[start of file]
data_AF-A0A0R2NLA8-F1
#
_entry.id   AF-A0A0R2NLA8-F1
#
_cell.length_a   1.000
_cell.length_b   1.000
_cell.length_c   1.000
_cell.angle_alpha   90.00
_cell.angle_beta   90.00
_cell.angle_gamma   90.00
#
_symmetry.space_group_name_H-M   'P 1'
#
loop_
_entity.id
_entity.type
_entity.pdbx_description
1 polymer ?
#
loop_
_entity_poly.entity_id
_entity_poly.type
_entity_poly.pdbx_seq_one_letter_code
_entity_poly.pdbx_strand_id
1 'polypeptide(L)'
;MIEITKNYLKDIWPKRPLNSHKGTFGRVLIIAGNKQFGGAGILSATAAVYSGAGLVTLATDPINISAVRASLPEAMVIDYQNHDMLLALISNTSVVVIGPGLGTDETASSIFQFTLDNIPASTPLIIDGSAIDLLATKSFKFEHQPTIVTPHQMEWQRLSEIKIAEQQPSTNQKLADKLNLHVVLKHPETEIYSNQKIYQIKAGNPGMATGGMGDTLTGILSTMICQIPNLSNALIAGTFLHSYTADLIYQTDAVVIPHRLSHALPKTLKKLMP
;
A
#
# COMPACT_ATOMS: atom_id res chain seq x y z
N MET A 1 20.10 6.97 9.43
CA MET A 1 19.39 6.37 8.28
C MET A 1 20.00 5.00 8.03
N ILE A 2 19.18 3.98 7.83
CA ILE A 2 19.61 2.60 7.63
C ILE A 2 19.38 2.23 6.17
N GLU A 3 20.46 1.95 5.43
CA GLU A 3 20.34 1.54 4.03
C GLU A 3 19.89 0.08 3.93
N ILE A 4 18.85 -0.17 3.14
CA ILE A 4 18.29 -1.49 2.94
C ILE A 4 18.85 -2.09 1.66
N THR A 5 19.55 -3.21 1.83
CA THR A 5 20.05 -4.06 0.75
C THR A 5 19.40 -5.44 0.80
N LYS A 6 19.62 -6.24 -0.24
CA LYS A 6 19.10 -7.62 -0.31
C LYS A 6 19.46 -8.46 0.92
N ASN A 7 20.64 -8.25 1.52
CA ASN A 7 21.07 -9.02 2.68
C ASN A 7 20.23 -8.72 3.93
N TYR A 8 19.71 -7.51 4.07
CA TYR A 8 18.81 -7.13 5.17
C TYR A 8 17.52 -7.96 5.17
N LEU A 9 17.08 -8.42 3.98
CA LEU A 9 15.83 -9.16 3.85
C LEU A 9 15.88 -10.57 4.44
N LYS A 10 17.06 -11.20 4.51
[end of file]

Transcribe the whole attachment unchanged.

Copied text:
data_AF-A0A0R2NLA8-F1
#
_entry.id   AF-A0A0R2NLA8-F1
#
_cell.length_a   1.000
_cell.length_b   1.000
_cell.length_c   1.000
_cell.angle_alpha   90.00
_cell.angle_beta   90.00
_cell.angle_gamma   90.00
#
_symmetry.space_group_name_H-M   'P 1'
#
loop_
_entity.id
_entity.type
_entity.pdbx_description
1 polymer ?
#
loop_
_entity_poly.entity_id
_entity_poly.type
_entity_poly.pdbx_seq_one_letter_code
_entity_poly.pdbx_strand_id
1 'polypeptide(L)'
;MIEITKNYLKDIWPKRPLNSHKGTFGRVLIIAGNKQFGGAGILSATAAVYSGAGLVTLATDPINISAVRASLPEAMVIDYQNHDMLLALISNTSVVVIGPGLGTDETASSIFQFTLDNIPASTPLIIDGSAIDLLATKSFKFEHQPTIVTPHQMEWQRLSEIKIAEQQPSTNQKLADKLNLHVVLKHPETEIYSNQKIYQIKAGNPGMATGGMGDTLTGILSTMICQIPNLSNALIAGTFLHSYTADLIYQTDAVVIPHRLSHALPKTLKKLMP
;
A
#
# COMPACT_ATOMS: atom_id res chain seq x y z
N MET A 1 20.10 6.97 9.43
CA MET A 1 19.39 6.37 8.28
C MET A 1 20.00 5.00 8.03
N ILE A 2 19.18 3.98 7.83
CA ILE A 2 19.61 2.60 7.63
C ILE A 2 19.38 2.23 6.17
N GLU A 3 20.46 1.95 5.43
CA GLU A 3 20.34 1.54 4.03
C GLU A 3 19.89 0.08 3.93
N ILE A 4 18.85 -0.17 3.14
CA ILE A 4 18.29 -1.49 2.94
C ILE A 4 18.85 -2.09 1.66
N THR A 5 19.55 -3.21 1.83
CA THR A 5 20.05 -4.06 0.75
C THR A 5 19.40 -5.44 0.80
N LYS A 6 19.62 -6.24 -0.24
CA LYS A 6 19.10 -7.62 -0.31
C LYS A 6 19.46 -8.46 0.92
N ASN A 7 20.64 -8.25 1.52
CA ASN A 7 21.07 -9.02 2.68
C ASN A 7 20.23 -8.72 3.93
N TYR A 8 19.71 -7.51 4.07
CA TYR A 8 18.81 -7.13 5.17
C TYR A 8 17.52 -7.96 5.17
N LEU A 9 17.08 -8.42 3.98
CA LEU A 9 15.83 -9.16 3.85
C LEU A 9 15.88 -10.57 4.44
N LYS A 10 17.06 -11.20 4.51